California Gov.-elect Gavin Newsom said Thursday the state must do more to address what he called a "humanitarian crisis" at the border with Mexico.
Newsom said he planned to discuss the large caravans of Central American migrants when he attends Mexico's President-elect Andres Manuel Lopez Obrador's inauguration on Saturday.
A tour of an immigration detention center and a temporary shelter for asylum seekers in San Diego drove home the need for California to invest more money, Newsom said. He said local and federal governments will also have to do more.
"We can't do everything ourselves but I know we're capable of doing more," Newsom said at a news conference at the San Ysidro Civic Center, a short distance from where migrants in the caravan clashed Sunday with U.S. authorities.
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Newsom's remarks hint at a more active role in border and immigration affairs than outgoing Gov. Jerry Brown, also a Democrat, who supported limits on cooperation with federal deportation agents but joined President Donald Trump's mission to deploy the National Guard to the border on condition that troops have nothing to do with immigration enforcement.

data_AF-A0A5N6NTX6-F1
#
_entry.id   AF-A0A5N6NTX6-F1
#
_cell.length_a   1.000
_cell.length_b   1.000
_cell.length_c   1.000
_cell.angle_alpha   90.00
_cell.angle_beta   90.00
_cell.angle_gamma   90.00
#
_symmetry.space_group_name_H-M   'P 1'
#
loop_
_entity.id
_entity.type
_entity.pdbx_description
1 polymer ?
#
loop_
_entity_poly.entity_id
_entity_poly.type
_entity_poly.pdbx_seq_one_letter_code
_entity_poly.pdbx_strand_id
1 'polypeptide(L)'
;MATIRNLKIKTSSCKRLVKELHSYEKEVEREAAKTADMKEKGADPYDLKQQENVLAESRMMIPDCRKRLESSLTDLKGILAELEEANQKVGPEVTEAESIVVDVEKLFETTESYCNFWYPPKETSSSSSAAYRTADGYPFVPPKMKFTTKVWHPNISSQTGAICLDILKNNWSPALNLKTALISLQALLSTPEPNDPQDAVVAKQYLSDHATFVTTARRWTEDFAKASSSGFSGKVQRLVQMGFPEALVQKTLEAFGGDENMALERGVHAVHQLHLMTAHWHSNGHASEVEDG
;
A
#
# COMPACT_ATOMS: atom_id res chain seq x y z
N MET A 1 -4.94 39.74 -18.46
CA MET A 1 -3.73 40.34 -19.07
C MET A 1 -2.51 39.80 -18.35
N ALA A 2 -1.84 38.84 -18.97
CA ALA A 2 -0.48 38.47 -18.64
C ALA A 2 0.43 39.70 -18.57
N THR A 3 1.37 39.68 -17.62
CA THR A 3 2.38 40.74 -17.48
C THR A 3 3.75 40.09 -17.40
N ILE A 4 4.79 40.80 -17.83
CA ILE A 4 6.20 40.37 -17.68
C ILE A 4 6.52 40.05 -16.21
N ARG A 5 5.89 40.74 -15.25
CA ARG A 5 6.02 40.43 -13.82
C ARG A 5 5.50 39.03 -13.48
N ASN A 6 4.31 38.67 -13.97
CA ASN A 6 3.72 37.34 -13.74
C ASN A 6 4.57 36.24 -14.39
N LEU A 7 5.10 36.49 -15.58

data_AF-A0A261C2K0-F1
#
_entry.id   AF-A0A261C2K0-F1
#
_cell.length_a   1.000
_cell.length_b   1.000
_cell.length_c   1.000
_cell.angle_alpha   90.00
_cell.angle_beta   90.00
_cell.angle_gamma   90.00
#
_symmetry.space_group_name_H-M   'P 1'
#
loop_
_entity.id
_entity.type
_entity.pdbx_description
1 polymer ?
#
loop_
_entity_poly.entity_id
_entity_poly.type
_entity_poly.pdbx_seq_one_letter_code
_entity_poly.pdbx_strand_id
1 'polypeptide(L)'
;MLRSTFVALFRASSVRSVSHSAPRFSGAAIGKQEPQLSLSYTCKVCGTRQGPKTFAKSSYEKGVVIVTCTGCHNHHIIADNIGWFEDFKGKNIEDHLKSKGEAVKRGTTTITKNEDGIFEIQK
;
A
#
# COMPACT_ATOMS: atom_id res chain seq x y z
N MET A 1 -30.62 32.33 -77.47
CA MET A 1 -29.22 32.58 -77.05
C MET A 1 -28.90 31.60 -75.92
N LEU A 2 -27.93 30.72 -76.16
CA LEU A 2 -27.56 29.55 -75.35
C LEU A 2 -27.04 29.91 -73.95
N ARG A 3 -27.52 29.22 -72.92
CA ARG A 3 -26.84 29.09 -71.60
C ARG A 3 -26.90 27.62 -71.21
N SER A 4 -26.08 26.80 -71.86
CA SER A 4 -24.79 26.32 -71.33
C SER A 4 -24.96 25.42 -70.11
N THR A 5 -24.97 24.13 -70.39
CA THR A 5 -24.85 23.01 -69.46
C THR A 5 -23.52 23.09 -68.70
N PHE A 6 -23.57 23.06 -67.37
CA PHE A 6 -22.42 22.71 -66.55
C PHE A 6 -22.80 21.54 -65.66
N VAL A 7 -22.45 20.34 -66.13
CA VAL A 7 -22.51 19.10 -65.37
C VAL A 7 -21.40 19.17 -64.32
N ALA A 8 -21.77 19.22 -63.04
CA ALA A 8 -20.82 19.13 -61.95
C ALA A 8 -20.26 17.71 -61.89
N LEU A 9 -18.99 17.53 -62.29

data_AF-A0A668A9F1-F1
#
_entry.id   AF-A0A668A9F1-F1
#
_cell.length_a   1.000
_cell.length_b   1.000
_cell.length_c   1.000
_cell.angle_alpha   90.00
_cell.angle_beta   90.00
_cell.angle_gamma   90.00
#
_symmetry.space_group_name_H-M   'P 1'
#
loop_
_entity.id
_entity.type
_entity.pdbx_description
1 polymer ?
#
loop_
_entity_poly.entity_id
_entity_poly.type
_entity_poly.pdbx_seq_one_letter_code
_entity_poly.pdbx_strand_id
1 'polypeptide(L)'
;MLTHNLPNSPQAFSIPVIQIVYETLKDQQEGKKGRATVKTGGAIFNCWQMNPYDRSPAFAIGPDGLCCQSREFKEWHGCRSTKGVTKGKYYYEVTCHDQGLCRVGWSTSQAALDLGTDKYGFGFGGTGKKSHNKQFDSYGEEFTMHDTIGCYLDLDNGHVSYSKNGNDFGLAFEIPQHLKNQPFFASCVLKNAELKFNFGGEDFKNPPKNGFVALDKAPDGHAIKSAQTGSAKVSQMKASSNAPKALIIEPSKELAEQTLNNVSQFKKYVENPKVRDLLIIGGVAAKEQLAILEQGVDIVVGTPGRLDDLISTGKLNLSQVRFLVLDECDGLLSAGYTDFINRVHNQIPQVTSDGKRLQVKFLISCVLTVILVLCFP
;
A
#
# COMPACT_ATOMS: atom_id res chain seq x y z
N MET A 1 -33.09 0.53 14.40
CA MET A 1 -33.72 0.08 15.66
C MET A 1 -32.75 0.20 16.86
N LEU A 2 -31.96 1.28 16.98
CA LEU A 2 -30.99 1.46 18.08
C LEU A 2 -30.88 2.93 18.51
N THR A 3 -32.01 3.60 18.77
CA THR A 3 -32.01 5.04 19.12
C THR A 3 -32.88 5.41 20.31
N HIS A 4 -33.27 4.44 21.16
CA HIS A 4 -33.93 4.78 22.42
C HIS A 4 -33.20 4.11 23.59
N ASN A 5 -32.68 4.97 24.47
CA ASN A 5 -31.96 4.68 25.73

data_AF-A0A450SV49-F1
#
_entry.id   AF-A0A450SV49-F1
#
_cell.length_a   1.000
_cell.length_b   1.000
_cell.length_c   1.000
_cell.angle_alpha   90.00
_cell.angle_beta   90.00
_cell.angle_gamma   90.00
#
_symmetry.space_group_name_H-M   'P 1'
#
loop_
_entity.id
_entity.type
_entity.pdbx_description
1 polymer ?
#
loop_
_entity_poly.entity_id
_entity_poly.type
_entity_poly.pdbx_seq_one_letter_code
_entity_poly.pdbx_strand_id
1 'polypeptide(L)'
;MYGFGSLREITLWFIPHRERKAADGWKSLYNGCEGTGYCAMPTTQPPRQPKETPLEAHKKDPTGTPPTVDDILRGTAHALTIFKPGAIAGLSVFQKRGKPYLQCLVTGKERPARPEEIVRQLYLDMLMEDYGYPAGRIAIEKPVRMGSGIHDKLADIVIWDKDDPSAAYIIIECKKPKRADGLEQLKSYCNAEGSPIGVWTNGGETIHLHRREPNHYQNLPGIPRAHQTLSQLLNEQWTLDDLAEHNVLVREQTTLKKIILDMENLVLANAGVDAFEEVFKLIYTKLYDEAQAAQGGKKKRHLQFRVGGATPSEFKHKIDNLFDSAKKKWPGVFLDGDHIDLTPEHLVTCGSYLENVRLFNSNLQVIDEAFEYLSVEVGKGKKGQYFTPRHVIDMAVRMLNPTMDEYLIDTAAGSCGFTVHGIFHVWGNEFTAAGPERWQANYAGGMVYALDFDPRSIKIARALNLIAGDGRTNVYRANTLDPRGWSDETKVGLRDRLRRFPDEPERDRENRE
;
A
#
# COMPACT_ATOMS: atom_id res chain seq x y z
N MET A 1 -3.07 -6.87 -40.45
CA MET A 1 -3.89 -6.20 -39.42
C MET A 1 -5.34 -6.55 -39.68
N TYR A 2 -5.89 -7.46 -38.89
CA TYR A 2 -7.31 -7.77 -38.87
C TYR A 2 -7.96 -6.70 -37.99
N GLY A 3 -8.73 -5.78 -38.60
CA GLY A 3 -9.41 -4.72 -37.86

More than 6,000 migrants are across the border from San Diego in Tijuana, Mexico, packed into a sports complex with space adequate for half that many people and where lice infestations and respiratory infections are rampant. Many want to seek asylum in the United States, but inspectors at the San Ysidro border crossing are processing about 100 claims a day, meaning they will likely have to wait weeks or months.
Kate Clark, an immigration attorney at Jewish Family Service of San Diego, said since October the temporary shelter has housed more than 1,500 asylum seekers who are released by immigration authorities pending the outcome of their cases in immigration court. On Wednesday, U.S. Immigration and Customs Enforcement released nearly 100 people, bringing the number of migrants currently staying at the shelter to 178.
"We are responding to this crisis in real time," Newsom said.
Newsom reiterated his intent to withdraw the California National Guard from Trump's border mission but cautioned that conditions may change. An agreement with the federal government expires March 31.
"I have every desire to pull those Guardsmen back and assist in other capacities," he said.